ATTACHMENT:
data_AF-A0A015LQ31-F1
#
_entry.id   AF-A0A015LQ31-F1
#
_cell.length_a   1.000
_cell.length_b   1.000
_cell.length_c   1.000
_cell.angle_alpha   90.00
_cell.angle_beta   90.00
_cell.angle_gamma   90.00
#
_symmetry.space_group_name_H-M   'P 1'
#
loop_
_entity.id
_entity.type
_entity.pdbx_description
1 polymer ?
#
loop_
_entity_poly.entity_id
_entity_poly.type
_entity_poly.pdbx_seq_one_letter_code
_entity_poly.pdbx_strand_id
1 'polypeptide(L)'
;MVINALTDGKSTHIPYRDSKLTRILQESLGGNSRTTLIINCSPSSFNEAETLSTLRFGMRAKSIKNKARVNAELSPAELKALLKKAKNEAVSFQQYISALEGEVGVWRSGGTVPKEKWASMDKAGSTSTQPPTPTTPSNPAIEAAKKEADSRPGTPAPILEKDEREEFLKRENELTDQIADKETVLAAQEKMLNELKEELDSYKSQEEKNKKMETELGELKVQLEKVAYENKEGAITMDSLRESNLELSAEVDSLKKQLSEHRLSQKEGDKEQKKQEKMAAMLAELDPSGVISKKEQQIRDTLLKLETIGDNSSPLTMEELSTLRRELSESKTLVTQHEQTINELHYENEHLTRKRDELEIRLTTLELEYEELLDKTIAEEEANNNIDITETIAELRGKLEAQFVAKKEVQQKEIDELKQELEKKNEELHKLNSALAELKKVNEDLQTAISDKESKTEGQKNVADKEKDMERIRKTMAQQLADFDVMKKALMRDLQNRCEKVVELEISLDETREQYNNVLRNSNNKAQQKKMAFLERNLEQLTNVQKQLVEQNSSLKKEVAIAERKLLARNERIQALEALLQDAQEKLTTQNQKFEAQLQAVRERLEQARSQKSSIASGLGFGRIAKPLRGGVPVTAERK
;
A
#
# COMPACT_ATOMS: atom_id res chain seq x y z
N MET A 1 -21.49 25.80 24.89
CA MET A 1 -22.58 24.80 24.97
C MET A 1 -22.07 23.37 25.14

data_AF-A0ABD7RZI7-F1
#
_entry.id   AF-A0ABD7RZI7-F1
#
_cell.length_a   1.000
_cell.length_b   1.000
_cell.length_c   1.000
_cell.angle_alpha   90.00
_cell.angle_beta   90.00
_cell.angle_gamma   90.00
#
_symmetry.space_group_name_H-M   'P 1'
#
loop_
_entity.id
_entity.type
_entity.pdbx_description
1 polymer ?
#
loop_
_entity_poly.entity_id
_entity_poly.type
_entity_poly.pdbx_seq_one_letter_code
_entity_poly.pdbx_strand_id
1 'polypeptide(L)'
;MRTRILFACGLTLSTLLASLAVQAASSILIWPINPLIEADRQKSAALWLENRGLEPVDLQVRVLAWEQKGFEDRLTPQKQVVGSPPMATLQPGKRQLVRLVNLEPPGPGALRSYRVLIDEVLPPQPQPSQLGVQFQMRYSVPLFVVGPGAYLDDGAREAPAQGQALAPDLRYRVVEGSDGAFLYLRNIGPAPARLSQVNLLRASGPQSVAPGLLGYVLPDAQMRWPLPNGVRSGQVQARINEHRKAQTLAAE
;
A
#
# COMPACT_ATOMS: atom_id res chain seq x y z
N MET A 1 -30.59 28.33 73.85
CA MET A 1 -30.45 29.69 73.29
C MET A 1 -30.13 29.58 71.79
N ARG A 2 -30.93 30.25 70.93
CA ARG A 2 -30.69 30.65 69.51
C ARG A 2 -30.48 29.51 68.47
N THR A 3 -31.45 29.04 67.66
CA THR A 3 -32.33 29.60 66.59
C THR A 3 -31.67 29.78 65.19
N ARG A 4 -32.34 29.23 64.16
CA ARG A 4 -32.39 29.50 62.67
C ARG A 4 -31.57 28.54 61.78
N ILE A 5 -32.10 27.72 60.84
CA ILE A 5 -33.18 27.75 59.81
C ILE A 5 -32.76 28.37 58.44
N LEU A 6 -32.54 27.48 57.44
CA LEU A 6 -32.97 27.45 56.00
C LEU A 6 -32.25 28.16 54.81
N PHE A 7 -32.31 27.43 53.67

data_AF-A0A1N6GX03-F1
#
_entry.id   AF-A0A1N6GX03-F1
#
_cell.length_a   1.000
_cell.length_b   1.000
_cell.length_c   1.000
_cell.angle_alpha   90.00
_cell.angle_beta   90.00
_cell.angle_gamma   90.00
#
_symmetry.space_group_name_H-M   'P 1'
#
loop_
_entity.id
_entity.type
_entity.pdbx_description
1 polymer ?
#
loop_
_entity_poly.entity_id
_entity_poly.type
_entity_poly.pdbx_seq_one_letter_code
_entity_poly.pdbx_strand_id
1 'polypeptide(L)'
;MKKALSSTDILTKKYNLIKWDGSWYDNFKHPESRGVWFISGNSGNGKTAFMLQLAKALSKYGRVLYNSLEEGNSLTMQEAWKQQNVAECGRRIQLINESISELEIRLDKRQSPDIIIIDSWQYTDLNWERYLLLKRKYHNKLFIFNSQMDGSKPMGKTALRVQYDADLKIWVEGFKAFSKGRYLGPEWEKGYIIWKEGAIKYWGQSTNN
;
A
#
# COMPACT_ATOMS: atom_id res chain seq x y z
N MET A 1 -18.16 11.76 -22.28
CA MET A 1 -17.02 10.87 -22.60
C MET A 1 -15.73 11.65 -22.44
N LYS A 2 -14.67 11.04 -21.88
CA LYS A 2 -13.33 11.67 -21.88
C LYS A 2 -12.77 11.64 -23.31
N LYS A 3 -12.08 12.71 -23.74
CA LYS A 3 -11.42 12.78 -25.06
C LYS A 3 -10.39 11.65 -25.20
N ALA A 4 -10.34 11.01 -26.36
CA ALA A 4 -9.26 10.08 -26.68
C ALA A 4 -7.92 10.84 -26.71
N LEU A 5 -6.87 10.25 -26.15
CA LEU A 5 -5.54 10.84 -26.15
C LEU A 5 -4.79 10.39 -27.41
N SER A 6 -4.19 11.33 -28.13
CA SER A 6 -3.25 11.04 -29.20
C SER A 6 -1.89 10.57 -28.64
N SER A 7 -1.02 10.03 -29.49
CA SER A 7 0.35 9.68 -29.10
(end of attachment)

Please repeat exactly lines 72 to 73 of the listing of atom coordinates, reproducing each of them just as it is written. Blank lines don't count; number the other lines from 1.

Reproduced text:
C THR A 3 -31.67 29.78 65.19
N ARG A 4 -32.34 29.23 64.16